The Film Photography Renaissance

The Film Photography Renaissance

 

Why is there a resurgence of film photography?[1] One could ask the same question as to why there is an interest in classic and vintage cars, vinyl records in audio, and why musicians still use ‘analogue’ instruments… when modern technology is often thought to have superseded what is now considered antiquated.  Well, it’s just not the same.

For some of us the journey making photos is more pleasurable and rewarding than reaching the destination… the printed image,[2] and taking the long hard road sometimes makes the destination more pleasurable to reach. For many film photographers the shoot is just the germination of the idea that grows (e.g. Michael Kenna). The negatives might not be seen for weeks or months, and getting into the darkroom to print may be months later again. This is precious gestation time, an extension of the journey. Compare this with my typical digital workflow… race back to the computer, download, select, process, produce… all within an hour or two. Oddly enough, many of my best digital images are those that I’ve rediscovered years later, unprocessed and overlooked.

This is not an argument for switching from digital to film, just as it is not an argument for those who have classic cars to switch to a new newer and faster car. Most have both, and their workhorse is the modern faster and easier technology. But there is nothing like parking up the modern machine for the weekend, and taking to the road with old.  Because the ‘old’ doesn’t have all the bells and whistles of the new, including ‘safety’ features, one takes a little more care to get it right. When I know that I’ve only got 36 exposures on the film, I make my photos with more care. When I cannot see a preview of my photo on the camera’s LCD screen, I take more care with my exposures. I really have to think more before I shoot.

Some of the leading digital photography teachers advocate learning ‘to drive’ first with a film camera. David Duchemin begins his book The Visual Toolbox saying…

“If I were to begin a school of photography right now it would send the geeks screaming for the hills… or at least avoiding my school in droves. Every student would spend one year with one camera: a fully manual 35 mm [film] camera like the Pentax Spotmatic, or the Canon AE-1. It would have one prime lens and a light meter.”[3]

Automatic this and that has dumbed down many photographers or made them ignorant of the process which is common to both digital and analogue. Using a film camera is not a retrogression. There is nothing new ‘under the sun’ when it comes to making a photograph compared to making photos 100 years ago. Even though modern cameras are ‘light years’ ahead in their technology by comparison, the camera is essentially the same tool as it was 100 years ago, and the principles of making a photo are just the same!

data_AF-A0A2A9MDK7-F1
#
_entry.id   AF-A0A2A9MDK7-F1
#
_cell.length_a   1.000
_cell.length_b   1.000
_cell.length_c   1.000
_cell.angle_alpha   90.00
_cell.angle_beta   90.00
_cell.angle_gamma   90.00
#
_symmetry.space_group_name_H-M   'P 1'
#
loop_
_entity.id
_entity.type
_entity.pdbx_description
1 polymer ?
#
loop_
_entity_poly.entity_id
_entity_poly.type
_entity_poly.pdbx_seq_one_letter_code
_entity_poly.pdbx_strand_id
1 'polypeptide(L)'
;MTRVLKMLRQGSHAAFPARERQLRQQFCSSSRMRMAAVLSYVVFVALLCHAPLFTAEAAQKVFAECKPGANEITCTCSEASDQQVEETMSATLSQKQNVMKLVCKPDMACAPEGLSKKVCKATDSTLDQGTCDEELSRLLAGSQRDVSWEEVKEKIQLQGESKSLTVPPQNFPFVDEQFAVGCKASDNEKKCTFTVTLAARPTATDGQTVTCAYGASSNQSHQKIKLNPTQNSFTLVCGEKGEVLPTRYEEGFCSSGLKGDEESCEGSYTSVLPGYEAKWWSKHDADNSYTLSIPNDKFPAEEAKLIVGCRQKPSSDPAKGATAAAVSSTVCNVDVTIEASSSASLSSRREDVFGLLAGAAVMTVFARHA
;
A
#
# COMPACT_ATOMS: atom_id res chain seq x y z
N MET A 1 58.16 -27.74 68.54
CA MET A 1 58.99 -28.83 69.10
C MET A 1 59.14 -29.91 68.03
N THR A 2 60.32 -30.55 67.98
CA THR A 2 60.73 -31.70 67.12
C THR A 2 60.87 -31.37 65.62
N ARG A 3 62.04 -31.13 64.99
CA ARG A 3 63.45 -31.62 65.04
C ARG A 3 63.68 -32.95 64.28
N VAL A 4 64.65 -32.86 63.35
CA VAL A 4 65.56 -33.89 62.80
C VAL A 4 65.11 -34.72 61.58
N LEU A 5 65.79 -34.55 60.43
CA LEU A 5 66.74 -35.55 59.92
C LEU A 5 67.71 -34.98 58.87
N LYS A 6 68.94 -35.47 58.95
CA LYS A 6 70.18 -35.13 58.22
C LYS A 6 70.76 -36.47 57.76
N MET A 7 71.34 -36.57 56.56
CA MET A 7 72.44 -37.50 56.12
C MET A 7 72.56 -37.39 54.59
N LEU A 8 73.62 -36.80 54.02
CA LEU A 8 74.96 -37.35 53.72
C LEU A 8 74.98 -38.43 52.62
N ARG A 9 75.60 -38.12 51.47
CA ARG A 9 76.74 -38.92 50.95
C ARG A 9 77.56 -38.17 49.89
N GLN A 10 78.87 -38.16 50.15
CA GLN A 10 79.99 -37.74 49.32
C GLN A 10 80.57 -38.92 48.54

So now I can say a few things about what I think about film photos themselves, rather than the process, and why I like them.

  1. Grain is not Noise. Grain on film is a lovely evenly spread texture of small particles of metallic silver. It is a whole lot different than the random blotches of ‘noise’ in digital photos (usually at a high ISO, and more in the shadow areas).
  2. The great film manufactures like Kodak, Agfa, Ilford, and Fuji, spent millions developing their different films which each produce a different effect. It is difficult and time consuming to emulate the same effect in post-processing digital, though it can be done. But for me, it is just easier to shoot film if I want the film effect. This is why some of the world’s leading cinematographers still use film, and not digital.

Have the best of both Worlds

I’m not a purist when it comes to analogue. Sometimes I’ll process the film myself with the chemicals, and sometimes I’ll send it off to a lab for processing. I scan the negatives and process the digital files on the computer. The scanned 35mm negative becomes a 24 megapixel image and a 16 bit TIFF file (45 megabytes).

One advantage of digitizing the image is being able to easily ‘spot’ remove dust particles that have dried on the negatives. There is very little other processing required on the computer. It’s great to be able to take a close look at the image without having to print it.

                                                               

The photos from my last two rolls of film processed can be viewed here. Ilford XP2 400 (B&W) and Kodak Ektacrhome 400, both films C-41 processed (Photo Warehouse, Wellington), scanned, and produced here without digital enhancements other than dust spot removals. The scanned negative becomes a 24 megapixel image, 16 bit TIFF file (45 megabytes). So no darkroom work involved.

 

Footnotes

[1] Olivier Laurent ‘This is Why Film Photography is Making a Comeback’ (Jan 2017) http://time.com/4649188/film-photography-industry-comeback/

[2] There is no better illustration of this than the photographer Vivian Maier. Most of her amazing 150,000 photos were never developed or printed in her lifetime. See the 2013 movie documentary Finding Vivian Maier.

[3] David Duchemin The Visual Toolbox: 50 Lessons for Stronger Photographs (Craft & Vision, 2013).

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